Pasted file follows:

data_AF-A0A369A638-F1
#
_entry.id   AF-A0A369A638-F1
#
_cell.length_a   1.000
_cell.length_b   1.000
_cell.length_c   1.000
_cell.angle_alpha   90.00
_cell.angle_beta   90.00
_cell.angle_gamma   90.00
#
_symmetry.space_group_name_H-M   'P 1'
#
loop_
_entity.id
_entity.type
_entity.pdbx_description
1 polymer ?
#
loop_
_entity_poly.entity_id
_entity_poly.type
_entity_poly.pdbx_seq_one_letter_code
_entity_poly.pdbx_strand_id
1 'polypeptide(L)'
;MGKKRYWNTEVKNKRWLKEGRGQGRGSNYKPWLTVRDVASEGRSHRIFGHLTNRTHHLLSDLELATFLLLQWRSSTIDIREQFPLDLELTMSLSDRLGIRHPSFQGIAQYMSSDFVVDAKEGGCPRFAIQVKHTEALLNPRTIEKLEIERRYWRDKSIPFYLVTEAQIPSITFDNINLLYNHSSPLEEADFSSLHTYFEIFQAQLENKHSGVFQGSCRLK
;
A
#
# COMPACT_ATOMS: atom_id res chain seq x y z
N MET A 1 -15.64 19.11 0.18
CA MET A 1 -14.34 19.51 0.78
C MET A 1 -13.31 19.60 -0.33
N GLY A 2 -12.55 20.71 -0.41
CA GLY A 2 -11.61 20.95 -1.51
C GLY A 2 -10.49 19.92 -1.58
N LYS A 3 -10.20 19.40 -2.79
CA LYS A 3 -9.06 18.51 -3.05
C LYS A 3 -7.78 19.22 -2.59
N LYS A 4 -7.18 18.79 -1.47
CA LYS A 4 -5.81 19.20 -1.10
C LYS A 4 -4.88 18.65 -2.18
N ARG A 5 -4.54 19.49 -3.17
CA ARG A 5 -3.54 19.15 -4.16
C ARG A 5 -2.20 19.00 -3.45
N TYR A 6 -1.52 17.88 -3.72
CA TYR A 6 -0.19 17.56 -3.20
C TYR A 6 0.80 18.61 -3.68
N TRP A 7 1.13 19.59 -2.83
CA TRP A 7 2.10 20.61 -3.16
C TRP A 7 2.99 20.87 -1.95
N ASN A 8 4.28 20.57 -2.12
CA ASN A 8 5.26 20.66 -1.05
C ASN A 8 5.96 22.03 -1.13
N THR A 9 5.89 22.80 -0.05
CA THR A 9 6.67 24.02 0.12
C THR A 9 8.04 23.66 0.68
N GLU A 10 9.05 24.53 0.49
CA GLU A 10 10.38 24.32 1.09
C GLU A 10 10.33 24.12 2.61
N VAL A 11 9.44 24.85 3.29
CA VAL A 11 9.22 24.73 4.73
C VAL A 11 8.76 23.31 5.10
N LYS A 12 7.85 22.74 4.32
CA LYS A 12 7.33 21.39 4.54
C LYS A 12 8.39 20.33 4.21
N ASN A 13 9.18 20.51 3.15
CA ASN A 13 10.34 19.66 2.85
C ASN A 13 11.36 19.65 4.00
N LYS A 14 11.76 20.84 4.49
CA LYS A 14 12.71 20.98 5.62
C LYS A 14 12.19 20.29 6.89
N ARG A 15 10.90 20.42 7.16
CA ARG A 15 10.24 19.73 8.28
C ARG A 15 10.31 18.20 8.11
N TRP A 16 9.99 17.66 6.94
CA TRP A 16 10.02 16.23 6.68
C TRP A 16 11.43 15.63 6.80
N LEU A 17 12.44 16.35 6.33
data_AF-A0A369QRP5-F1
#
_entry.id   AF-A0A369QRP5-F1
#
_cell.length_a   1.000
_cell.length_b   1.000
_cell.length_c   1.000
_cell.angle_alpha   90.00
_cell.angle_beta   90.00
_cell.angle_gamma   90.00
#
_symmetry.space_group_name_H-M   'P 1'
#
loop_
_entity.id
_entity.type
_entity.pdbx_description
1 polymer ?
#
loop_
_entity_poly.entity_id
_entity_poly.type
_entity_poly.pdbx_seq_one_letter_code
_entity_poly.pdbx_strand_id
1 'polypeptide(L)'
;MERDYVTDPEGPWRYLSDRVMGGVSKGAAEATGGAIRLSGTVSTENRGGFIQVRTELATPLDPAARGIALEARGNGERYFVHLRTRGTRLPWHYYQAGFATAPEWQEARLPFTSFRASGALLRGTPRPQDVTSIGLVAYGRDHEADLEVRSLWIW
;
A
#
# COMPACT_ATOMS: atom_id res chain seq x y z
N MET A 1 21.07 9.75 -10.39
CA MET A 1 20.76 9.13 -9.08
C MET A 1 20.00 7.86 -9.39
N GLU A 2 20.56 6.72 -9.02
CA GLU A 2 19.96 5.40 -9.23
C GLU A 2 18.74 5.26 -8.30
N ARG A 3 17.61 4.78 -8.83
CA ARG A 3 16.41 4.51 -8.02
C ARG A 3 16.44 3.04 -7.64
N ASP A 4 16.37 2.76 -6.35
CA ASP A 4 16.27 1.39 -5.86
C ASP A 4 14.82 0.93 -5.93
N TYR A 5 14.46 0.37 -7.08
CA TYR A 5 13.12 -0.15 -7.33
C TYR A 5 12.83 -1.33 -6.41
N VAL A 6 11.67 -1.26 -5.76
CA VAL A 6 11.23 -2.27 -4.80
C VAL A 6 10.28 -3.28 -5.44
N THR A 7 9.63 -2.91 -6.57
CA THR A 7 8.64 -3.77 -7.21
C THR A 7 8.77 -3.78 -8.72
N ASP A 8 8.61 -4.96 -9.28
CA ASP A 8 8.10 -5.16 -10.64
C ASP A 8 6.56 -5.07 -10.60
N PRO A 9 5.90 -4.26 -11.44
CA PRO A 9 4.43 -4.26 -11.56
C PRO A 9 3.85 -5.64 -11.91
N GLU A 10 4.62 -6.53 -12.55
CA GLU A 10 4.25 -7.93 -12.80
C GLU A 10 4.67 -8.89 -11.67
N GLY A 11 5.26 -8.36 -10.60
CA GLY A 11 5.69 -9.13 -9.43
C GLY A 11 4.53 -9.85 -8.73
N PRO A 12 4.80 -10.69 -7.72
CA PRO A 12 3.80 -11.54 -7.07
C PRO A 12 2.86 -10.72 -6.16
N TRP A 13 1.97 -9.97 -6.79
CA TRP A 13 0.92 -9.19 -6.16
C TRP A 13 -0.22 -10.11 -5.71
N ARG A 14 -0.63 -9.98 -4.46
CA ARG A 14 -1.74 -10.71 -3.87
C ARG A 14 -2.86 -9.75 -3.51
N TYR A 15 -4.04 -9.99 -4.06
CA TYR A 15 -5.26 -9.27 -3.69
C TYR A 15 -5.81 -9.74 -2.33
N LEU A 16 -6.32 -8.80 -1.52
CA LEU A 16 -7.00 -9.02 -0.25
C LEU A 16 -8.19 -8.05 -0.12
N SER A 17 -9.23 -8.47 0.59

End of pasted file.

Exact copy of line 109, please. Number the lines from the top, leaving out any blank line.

# COMPACT_ATOMS: atom_id res chain seq x y z